The accessibility of self publishing

Wednesday, 1 February 2017 12:52pm

Dr Scott Hollier, Media Access Australia’s Specialist Advisor, Digital Accessibility, self-published an inspiring book Outrunning the Night late last year. He shares some very helpful practical advice on his journey of ensuring that the finished product was accessible across multiple formats, with MAA’s Philip Jenkinson in a fascinating podcast article.

Image of a book within a computer screen

Image of a book within a computer screen

Listen to the complete interview where Dr Scott Hollier shares some great tips with Philip Jenkinson from his journey of accessible self-publishing.

mp3

Read the transcript of Dr Scott Hollier’s interview on accessible self publishing.

Today, self-publishing is becoming the new normal, and can reach a very wide audience through print on demand, audiobooks and eBooks across a myriad of platforms. So what about accessibility? Dr Hollier self-published a book late last year and waded through all of the challenges that can occur when trying to ensure the final product remains accessible across a number of different document formats and publishing platforms. So how did he go about selecting the right self-publishing tool, what were the key considerations and which ones did he shortlist?

Dr Hollier self-published a book late last year and waded through all of the challenges that can occur when trying to ensure the final product remains accessible across a number of different document formats and publishing platforms. So how did he go about selecting the right self-publishing tool, what were the key considerations and which ones did he shortlist?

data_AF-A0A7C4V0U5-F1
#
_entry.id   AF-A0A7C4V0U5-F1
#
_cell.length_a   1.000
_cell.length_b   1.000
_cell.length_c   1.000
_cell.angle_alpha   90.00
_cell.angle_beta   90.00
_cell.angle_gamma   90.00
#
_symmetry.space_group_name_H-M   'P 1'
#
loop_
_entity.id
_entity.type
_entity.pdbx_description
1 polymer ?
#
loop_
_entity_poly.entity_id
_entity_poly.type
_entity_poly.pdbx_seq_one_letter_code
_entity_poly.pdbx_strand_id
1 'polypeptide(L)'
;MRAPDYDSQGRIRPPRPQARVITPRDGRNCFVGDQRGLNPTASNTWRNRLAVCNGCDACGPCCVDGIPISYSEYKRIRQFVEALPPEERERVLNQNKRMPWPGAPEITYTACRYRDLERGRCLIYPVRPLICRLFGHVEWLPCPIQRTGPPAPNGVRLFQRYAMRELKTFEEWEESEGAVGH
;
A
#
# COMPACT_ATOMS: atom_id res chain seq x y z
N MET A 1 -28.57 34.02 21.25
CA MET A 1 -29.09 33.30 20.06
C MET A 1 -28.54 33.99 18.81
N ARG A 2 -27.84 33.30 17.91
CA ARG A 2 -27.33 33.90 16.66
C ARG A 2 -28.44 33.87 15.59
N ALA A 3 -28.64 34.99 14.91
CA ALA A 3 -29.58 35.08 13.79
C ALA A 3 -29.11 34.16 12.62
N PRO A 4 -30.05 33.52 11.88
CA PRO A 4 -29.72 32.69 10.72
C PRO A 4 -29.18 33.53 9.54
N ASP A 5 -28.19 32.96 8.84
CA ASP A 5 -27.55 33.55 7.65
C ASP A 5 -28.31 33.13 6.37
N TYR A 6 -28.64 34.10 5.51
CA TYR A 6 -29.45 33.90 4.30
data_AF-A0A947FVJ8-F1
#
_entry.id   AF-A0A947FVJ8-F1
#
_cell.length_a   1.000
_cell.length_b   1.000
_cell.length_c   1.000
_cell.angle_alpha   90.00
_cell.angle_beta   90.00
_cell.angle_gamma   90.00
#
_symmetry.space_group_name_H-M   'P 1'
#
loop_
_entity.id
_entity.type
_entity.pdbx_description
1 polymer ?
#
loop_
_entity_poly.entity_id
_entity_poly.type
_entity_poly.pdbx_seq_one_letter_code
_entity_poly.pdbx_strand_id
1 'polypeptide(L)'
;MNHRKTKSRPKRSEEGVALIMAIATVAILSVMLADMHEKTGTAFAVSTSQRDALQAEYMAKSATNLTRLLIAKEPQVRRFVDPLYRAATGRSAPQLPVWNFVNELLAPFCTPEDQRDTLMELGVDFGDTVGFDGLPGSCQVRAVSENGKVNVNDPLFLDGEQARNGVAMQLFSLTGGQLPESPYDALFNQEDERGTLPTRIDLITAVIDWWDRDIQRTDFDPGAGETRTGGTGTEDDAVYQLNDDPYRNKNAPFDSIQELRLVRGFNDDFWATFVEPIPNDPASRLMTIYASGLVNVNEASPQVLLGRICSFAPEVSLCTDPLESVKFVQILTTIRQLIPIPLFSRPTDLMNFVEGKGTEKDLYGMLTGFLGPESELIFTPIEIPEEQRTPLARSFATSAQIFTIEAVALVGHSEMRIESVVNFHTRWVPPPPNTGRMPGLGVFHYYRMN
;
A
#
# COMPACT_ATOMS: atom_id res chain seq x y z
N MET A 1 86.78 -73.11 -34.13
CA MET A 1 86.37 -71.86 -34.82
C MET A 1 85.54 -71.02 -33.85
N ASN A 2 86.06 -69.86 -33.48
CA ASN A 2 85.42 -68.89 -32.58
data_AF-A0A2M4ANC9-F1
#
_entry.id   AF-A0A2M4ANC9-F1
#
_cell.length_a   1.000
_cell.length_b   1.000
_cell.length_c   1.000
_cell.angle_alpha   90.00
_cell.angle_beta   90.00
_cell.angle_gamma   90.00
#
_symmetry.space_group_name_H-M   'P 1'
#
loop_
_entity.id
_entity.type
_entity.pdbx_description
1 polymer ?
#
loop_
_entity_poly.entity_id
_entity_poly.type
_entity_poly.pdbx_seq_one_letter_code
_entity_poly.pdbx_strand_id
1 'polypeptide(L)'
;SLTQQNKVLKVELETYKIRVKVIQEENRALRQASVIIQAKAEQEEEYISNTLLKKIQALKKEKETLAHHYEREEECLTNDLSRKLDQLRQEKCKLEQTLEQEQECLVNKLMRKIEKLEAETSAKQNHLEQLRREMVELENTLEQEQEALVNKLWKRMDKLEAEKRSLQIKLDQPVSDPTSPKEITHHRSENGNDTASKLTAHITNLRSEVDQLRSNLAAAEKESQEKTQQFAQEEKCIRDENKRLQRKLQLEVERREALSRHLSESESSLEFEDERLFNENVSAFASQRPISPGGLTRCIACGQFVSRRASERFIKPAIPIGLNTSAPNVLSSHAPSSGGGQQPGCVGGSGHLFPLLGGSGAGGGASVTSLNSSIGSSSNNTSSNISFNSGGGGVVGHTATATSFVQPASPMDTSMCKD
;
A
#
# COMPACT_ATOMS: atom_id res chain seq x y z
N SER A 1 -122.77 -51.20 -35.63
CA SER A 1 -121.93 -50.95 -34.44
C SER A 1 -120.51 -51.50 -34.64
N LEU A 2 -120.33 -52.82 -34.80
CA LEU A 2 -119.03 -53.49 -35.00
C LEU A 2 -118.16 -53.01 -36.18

“Great questions, and ultimately there are a lot of self-publishing options out there,” said Dr Scott Holler. “And if anyone is considering going down this path and they have a great story to share, I’d certainly recommend doing it. For me, after investigating about 10 different platforms I shortlisted it to two that have a very wide distribution, being Lulu and CreateSpace.”

“One reason is because CreateSpace is owned by Amazon and so if I went down that path I knew that my book could get to Amazon and, through Kindle and some other bookshops,” said Hollier. “But secondly, when I investigated the interfaces, it became quite clear that CreateSpace was the more accessible of the two. And after doing a bit of investigation, I realised that if I was going to go down this path, then I probably stood the best chance, accessibility-wise, of getting my book completed by myself using CreateSpace. And despite some challenges, it got there in the end.”

After overcoming the accessibility challenges associated with the process of self publishing, Dr Hollier offers a few tips to avoid trouble in ensuring that the finished product is accessible to everyone.

“Just make sure that right from the very beginning you include accessibility,” he advises. “So even if you’re just doing your interior initially for print, and you’re looking at eBooks later, I’d still recommend making sure things are correctly styled, that your headings are in place, your table of contents is properly generated and another thing to make sure is that that alternative text is definitely put in place.”

“That was probably one of the big things that tripped me up with two areas of alternative text in Word… just make sure that you put it in the description field. And make sure that you have lots of options in terms of distribution of your book, so in my opinion, the more you’ve got, the better. And a very important tip I would chuck in is make sure you have a good editor. If you have a good editor to keep you honest, continue cracking the whip and has expert knowledge, it can turn what may be just scrawls, into something that actually reads like a book and I’m very grateful.”

 


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